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No Child Left in Museum?

Chris McGrew (Purdue University)

Social Studies Research and Practice

ISSN: 1933-5415

Article publication date: 1 July 2011

Issue publication date: 1 July 2011



This article presents an ecologically informed approach for comprehending the nature of and perceived changes to the relationship between Indiana’s kindergarten-5 classrooms and public history institutions. This perspective offers a lens for understanding the degree to which public history institutions actualize social studies learning and how public policy currently influences their associations with kindergarten-5 classrooms. Consideration was given to how respondents reported exchanges with kindergarten-5 learners, elementary educators, and the extent to which state public history organizations encouraged schools to utilize their resources for extending social studies instruction outside of the classroom. Baseline data gathered in 2007 indicated that: (1) state public history organizations adapted their mission statements to better reflect federal and state educational policy and (2) federal and state educational policy were contributing to both children and teachers being left out of the museum experience. Based on the results, the authors call for sustained inquiry to ascertain the impact such changes are having on the status and quality of kindergarten-5 social studies instruction across the United States.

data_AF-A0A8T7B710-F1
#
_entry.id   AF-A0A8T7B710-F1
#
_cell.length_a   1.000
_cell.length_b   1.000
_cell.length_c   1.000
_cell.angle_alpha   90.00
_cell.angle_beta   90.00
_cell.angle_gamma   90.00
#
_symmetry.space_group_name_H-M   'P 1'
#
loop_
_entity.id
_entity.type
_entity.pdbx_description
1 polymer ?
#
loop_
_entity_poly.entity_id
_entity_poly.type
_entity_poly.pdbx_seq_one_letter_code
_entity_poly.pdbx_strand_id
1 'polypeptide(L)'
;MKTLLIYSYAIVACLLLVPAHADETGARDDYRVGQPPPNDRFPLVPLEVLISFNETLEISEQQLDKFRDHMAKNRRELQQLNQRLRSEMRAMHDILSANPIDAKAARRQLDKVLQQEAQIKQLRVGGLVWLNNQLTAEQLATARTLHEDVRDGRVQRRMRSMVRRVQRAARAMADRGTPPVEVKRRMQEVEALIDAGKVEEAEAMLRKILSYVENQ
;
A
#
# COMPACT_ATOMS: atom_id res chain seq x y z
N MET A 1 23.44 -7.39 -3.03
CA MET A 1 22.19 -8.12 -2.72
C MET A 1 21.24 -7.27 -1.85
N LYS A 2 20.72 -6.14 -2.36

Johnson, C.S. and McGrew, C. (2011), "No Child Left in Museum?", Social Studies Research and Practice, Vol. 6 No. 2, pp. 1-20.



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Copyright © 2011, Emerald Publishing Limited

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